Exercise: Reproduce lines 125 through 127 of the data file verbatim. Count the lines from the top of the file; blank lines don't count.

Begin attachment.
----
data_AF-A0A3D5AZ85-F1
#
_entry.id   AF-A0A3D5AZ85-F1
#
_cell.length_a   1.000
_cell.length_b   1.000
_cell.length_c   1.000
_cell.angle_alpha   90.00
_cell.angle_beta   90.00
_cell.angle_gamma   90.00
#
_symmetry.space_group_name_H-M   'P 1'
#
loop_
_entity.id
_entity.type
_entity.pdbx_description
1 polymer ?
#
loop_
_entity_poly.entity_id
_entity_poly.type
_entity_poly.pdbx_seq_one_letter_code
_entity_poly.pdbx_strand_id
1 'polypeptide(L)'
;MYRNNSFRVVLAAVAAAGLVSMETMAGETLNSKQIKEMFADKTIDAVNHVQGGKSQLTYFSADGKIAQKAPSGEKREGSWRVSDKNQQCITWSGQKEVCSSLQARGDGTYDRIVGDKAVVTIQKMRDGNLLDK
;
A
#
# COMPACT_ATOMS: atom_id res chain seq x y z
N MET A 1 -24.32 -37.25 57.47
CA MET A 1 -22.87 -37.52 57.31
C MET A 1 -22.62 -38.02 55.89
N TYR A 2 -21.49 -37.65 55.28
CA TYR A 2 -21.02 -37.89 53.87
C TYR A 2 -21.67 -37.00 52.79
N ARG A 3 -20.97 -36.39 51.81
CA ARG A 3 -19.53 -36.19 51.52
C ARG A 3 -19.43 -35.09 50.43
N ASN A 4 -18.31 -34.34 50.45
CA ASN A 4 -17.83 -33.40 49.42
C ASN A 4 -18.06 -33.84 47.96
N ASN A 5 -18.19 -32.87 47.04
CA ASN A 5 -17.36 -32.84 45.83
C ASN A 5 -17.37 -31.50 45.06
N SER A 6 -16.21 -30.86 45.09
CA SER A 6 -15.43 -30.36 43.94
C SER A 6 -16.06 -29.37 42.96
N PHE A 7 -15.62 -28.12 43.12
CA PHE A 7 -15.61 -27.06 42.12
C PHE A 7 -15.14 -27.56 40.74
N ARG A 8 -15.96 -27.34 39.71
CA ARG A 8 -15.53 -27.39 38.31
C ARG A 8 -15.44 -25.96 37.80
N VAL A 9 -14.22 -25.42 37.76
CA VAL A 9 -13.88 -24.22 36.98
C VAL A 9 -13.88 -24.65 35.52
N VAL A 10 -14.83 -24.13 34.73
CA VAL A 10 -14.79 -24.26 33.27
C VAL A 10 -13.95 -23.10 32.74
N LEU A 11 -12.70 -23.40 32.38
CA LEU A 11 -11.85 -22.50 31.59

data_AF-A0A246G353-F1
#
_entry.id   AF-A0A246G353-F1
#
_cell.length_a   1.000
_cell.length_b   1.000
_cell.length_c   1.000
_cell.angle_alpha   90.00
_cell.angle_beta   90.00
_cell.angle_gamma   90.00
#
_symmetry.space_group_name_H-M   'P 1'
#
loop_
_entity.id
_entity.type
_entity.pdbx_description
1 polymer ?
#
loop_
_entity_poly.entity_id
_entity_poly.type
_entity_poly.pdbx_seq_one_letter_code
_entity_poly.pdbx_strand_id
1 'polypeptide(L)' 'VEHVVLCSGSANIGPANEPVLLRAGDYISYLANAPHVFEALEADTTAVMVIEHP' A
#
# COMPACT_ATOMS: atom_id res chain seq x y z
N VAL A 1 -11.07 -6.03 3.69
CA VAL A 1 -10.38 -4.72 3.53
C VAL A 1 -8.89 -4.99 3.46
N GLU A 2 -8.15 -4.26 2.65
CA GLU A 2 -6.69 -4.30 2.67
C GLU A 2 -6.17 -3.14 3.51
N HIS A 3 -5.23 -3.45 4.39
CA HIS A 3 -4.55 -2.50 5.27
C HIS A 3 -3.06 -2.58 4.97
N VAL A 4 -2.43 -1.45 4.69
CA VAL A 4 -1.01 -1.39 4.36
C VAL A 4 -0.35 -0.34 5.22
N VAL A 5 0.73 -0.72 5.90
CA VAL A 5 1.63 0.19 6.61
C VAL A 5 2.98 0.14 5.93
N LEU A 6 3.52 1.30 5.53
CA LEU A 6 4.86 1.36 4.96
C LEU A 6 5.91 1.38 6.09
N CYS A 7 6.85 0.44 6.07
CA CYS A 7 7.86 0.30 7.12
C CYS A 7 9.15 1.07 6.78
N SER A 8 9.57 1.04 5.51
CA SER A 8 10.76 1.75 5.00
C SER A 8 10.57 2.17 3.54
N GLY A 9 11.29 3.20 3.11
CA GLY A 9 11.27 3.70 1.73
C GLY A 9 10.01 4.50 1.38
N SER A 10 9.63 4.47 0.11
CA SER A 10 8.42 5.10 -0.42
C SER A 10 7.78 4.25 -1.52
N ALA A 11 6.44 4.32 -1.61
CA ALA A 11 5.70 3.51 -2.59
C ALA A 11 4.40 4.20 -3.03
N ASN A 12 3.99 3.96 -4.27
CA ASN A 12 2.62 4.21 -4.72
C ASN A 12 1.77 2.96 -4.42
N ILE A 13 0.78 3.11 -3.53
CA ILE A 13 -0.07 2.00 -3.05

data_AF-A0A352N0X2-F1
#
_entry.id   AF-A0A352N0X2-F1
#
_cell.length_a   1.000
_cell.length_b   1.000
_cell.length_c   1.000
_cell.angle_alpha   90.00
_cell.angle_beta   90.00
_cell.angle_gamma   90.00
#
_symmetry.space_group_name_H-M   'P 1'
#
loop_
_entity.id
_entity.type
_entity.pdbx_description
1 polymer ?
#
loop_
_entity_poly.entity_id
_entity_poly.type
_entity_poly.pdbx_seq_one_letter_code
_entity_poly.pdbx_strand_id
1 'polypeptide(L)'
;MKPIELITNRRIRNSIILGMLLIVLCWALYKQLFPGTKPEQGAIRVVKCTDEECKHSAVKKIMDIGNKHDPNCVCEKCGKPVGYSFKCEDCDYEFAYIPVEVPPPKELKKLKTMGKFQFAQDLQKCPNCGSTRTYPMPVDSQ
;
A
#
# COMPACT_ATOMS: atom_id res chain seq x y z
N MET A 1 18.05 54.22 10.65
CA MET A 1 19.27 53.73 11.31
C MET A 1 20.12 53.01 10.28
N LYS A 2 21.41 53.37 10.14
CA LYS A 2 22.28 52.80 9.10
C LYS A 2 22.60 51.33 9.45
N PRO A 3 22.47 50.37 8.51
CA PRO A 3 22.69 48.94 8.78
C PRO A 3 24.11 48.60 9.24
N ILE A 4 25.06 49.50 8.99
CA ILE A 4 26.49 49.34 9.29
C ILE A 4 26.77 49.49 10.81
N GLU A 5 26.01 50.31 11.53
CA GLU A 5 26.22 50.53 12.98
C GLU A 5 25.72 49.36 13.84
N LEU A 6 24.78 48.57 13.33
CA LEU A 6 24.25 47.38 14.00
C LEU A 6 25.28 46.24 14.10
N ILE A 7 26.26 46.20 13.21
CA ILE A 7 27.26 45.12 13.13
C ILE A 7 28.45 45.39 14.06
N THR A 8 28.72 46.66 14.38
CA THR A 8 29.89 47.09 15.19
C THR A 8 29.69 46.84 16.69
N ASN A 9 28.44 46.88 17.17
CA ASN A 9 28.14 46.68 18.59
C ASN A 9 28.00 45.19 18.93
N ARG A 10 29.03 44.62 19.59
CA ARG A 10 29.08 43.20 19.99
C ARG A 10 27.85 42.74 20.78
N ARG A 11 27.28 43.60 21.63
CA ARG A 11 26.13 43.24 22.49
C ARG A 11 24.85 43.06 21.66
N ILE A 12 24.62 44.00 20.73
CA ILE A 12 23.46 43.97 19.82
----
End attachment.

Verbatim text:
C ASN A 12 1.77 2.96 -4.42
N ILE A 13 0.78 3.11 -3.53
CA ILE A 13 -0.07 2.00 -3.05